By Angie Willcocks, Mining Family Matters psychologist
Most of us begin a new job in the same way we start a relationship: lots of optimism and enthusiasm that everything will be great.
When a new job comes with a significant lifestyle upheaval, as it most certainly does with fly-in, fly-out (FIFO), it’s best to temper that enthusiasm with a good hard look at some of the challenges that might arise.
Most people who've decided to try the FIFO lifestyle are vaguely aware of potential issues ("It might be hard on the kids" or "It'll be tough for a while, until we get used to it"). Often, though, they're not clear on what specific difficulties they are likely to face, or how to minimise them.
Whether you’re making the decision as a single person, or as part of a couple or family, it is vitally important to be clear on your reasons for choosing FIFO. Ask yourself questions like:
- What has led to this decision?
- What do I/we hope to get out of it?
- What are the benefits?
- What goals am I/are we hoping to achieve by doing this (and how will I/we know when they’re reached)?
- What’s most important in my life and how do I want to live my life? Does this lifestyle fit in with that?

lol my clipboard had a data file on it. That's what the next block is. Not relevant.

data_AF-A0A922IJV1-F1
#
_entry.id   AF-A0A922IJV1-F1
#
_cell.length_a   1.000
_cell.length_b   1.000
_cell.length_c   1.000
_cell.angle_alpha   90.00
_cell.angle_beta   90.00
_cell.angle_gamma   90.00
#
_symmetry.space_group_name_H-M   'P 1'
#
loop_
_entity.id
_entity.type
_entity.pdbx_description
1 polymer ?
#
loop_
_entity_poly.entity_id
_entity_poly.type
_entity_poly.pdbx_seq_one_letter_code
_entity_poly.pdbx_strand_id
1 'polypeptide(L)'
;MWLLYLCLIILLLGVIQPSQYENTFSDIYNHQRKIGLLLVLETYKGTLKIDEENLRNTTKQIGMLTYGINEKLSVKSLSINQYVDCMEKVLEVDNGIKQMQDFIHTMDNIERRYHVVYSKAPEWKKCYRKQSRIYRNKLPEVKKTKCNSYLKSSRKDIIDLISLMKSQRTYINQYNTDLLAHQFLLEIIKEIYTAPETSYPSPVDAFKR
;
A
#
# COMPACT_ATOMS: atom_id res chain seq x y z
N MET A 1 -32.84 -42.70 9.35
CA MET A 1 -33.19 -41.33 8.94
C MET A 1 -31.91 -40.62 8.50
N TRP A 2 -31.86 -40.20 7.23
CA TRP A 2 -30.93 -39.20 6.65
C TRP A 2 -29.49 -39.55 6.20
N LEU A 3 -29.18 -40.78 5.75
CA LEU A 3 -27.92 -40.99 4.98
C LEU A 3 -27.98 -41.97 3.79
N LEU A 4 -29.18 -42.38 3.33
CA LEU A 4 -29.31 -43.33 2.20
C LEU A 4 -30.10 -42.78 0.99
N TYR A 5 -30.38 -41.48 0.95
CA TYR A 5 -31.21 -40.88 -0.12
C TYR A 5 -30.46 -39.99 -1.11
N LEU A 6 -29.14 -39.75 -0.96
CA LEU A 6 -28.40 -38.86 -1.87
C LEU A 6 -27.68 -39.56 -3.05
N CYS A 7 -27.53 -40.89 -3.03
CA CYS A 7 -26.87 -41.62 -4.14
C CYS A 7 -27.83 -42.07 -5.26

It's also important to ask yourself some questions about specific problems that might arise for you, your partner and/or your kids. Remember, every individual and family is unique and all have their share of issues and problems. Think about:
- Support systems: what’s available and what are you willing to make use of?
- What are the particular needs of your children?
- Do you have poorly managed health, mental health or drug and alcohol issues in your immediate or wider family?
- What are your partner's work commitments and goals?
- Do you and your partner have a history of loss, difficult separations or broken trust?
None of these issues necessarily mean that FIFO won't work. But any one of them could make things harder or more complicated if not considered and actively managed.
It's also important to accept that FIFO isn't for every family. Regularly discuss how you're all coping as a family unit, and reassess if things don't get easier.
Mining Family Matters aims to break down the barriers of isolation and the stresses of living away from family and friends. Although this website provides general advice from a psychologist, the content should never be regarded as a substitute for professional health services or crisis services. Always speak to your doctor or specialist provider for advice on a specific medical condition. If you are depressed and require urgent assistance, call 9-1-1 or visit the Canadian Mental Health Association website at www.cmha.ca.
Psychologist Angie Willcocks is an expert at helping families deal with the pressures of life in mining, oil and gas. To ask Angie a question, click here. It’s free! And to read other Angie articles, please click here.